Some times on Sundays friends would come out to the ranch – a few from San Antonio – Dixie Collins, a friend of mine – lived in San Antonio – We would pack a lunch of fried chicken, saddle the horses and ride across the big pasture to the Nieces River which bordered the ranch.
We kept a flat-bottom boat tied up there. We would spend the day fishing, boating and swimming. The Nieces was six or seven miles from the Six-Mile Ranch.
Once when we were out on the river in the boat, a herd of deer, with several fawns, came down to the water on the other side of the river to drink. They didn’t seem to be afraid of use, or to pay any attention to the boat.
The best time to watch the watering animals is late in the evening, but we couldn’t stay that late, because we had to get back to the ranch house to do the chores, feed the stock, milk the cows, etc.
On the way home, in the open meadows, we usually raced – but Ray always won, his horse, Eagle, was a spirited, headstrong horse and much faster than any of the others. Usually our friends were not much used to riding horseback. They would write us how sore they were for days.
Ray and I had much riding to do. We had to keep a close check on the stock for any signs of Anthrax – sometimes called charbon or blackleg. Every rancher dreads this disease. However, we didn’t have any outbreaks of it while we were there.
There was four thousand acres in the big pasture. In the Spring there were hundreds of lambs and kids. Bobcats and coyotes raided the herds almost nightly. Sometimes several nannies or ewes would be killed, leaving their kids and lambs orphans. These orphans were called “sanchos” – a name given them by Mexican sheep and goat herders.
So we would have to provide them with “foster” mothers – other nannies or ewes that had kids or lambs about the same age. We had to put the mothers in pens and the kids and lambs in another pen. At feeding time we would have to hold the mothers and allow her own kid or lamb to suckle on one side and an orphan on the other side. Some of the mothers would accept the “sanchos” after it lost the scent of its own mother and acquired the scent of the new foster-mother by association with her and her own “child.”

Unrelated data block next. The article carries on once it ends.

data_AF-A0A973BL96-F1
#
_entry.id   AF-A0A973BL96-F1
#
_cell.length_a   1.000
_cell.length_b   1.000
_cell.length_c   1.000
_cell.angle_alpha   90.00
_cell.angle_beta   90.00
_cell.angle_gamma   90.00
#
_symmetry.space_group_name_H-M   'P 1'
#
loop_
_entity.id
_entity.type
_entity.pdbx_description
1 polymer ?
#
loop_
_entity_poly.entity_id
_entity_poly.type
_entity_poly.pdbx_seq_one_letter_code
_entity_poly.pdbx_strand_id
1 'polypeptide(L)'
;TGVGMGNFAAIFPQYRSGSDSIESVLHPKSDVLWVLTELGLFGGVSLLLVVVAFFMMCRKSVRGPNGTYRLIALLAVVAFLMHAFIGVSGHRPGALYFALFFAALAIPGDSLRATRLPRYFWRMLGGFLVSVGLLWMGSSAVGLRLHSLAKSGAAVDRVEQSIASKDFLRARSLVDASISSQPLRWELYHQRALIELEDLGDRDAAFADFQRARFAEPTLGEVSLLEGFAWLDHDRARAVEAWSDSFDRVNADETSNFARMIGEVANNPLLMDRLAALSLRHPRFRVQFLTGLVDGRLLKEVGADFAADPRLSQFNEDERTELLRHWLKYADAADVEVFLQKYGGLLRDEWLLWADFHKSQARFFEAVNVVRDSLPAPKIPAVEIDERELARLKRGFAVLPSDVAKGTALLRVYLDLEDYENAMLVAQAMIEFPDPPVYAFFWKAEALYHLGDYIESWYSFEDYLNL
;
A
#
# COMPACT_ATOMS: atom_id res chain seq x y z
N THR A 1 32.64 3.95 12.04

Lambkins was born very early in the spring when there were no other nannies with kids, so we had to bottle-feed him.
Once when we were riding the big pasture and several miles from the ranch house, we were caught in a rain and electrical storm. When we left the ranch house that morning the sky was clear and no sign of rain, so we didn’t bring along our ponchos – they are especially designed to protect the horseback riders from rain and bad weather.
We always took along food and a canteen of water, for we were usually too far away to return to the house for lunch. Being Spring, thunderstorms can develop quickly, and this one did.
There was a lot of hail in this one which frightened the horses. It was hard to hold them to a walk. But we knew if we allowed them to run they might slip in the mud and water and fall and there was real danger of them breaking a leg – or falling on us. A horse has to be destroyed when it breaks a leg. And, too, we had to keep control of them to avoid any big trees that might be struck by lightning.
That was a long, cold walk home. We were wet as the proverbial wet hen.
But before we could go home we had to go by the goat and sheep pens to take care of kids and lambs. When they are very young they chill easily and die.
That done we went on to the ranch house and changed our wet clothes before doing the chores.
After that experience, we rolled and tied our ponchos on the back of our saddles so we would not again be caught without them in a rain, but as it happened we didn’t need them again.
The calves are born in the Spring and the little white-faced Hereford calves are beautiful. They are gentle and docile and seem to love to be petted. I was always getting off my horse to pet one and sometimes their mothers took a dim view of this. And after a few foot races back to my horse, I learned to keep him near with the mounting side toward me. After the calves are a few weeks old the cows are not so protective.
We had to examine all the newborn calves to make sure they were not infected with screw-worms which can kill them. This is a great problem on all ranches, especially during that time when there wasn’t the Federal program to combat the screw-worm as there is now.